Tuning Your Guitar
Before you play your guitar you'll have to get it in tune. Most beginners are a little confused by this process when they start, but it becomes second nature pretty fast, and it's essential to sounding good on the guitar.
The best way to tune your guitar is to use a “chromatic tuner,” which is an electronic device that listens to the pitch of each string, tells you what note it is, and then advises you with a visual display whether you need to tune the string higher or lower to get it in perfect tune.
If you aren't using a chromatic tuner you'll need a “reference pitch” from another source. This could come from another guitar or a piano, in which case an E would be a good pitch to tune to since you can tune your bottom and top strings right off. Or it could come from a “tuning fork,” which is a piece of metal shaped like a wishbone — you strike the double end against your hand to make it vibrate, and then touch the single end against the body of your guitar or against your ear to hear the note.
If you use a tuning fork, the note it produces will probably be an A (also marked 440 on the fork, which is the number of “cycles per second” of that note), so you would use it to tune your fifth string, and then tune the rest of your guitar around that string.
Assuming you've got your sixth string in tune, let's move on to learning how to tune the rest of the strings. If you play the fifth fret of your sixth (E) string, the resulting note will be an A, which is the pitch your fifth string is supposed to be. If you play the fifth fret of your fifth (A) string, the resulting note will be D, which is the pitch your fourth string is supposed to be. The only time this pattern changes is when you tune the second (B) string to the third (G) string — in that case you play the fourth fret of the G string to hear the B you need to tune the second string. Give it a try!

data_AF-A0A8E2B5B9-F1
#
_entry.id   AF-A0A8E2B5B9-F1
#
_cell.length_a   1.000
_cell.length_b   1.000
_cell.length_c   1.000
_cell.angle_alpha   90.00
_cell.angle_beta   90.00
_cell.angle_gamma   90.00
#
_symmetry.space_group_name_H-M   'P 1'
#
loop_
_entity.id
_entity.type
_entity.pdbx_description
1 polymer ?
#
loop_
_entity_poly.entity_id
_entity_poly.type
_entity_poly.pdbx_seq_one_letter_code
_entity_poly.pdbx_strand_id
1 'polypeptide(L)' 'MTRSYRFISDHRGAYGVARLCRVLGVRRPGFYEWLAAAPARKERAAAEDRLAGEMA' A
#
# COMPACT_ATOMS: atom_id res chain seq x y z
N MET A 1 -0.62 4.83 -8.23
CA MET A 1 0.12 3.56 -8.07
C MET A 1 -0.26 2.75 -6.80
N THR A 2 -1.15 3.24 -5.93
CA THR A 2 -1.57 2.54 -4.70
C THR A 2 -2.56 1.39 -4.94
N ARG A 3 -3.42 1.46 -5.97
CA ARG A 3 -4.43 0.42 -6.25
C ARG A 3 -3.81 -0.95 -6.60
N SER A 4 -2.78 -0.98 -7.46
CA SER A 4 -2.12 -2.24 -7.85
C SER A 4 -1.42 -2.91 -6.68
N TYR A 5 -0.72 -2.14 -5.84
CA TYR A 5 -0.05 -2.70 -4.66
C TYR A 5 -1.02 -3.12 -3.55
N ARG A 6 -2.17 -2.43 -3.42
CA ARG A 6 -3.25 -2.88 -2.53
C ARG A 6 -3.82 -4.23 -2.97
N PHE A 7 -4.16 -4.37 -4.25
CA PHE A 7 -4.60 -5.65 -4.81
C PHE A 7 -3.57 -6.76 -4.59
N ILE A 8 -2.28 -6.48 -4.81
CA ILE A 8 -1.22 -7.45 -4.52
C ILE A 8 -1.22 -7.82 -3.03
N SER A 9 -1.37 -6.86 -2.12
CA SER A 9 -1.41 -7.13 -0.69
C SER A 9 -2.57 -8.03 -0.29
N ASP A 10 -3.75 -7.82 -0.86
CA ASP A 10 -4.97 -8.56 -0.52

How often should I tune my guitar?
You should tune your guitar every single time you pick it up. Guitars (particularly cheaper ones) tend to go out of tune quickly. Make sure it's in tune when you begin to play it, and check the tuning frequently while you're practicing, as the act of playing the guitar can cause it to go out of tune.
Here are some steps to tune your guitar:
Make sure your sixth string is in tune.
Play the sixth string, fifth fret (A), then tune your open fifth string (A) until they sound the same.
Play the fifth string, fifth fret (D), then tune your open fourth string (D) until they sound the same.
Play the fourth string, fifth fret (G), then tune your open third string (G) until they sound the same.
Play the third string, fourth fret (B), then tune your open second string (B) until they sound the same.
Play the second string, fifth fret (E), then tune your open first string (E) until they sound the same. Then double-check your first string against your sixth string — they should be the same.
Practice tuning your guitar in conjunction with Track 1 of this book's CD, which plays each of the guitar's six strings in tune.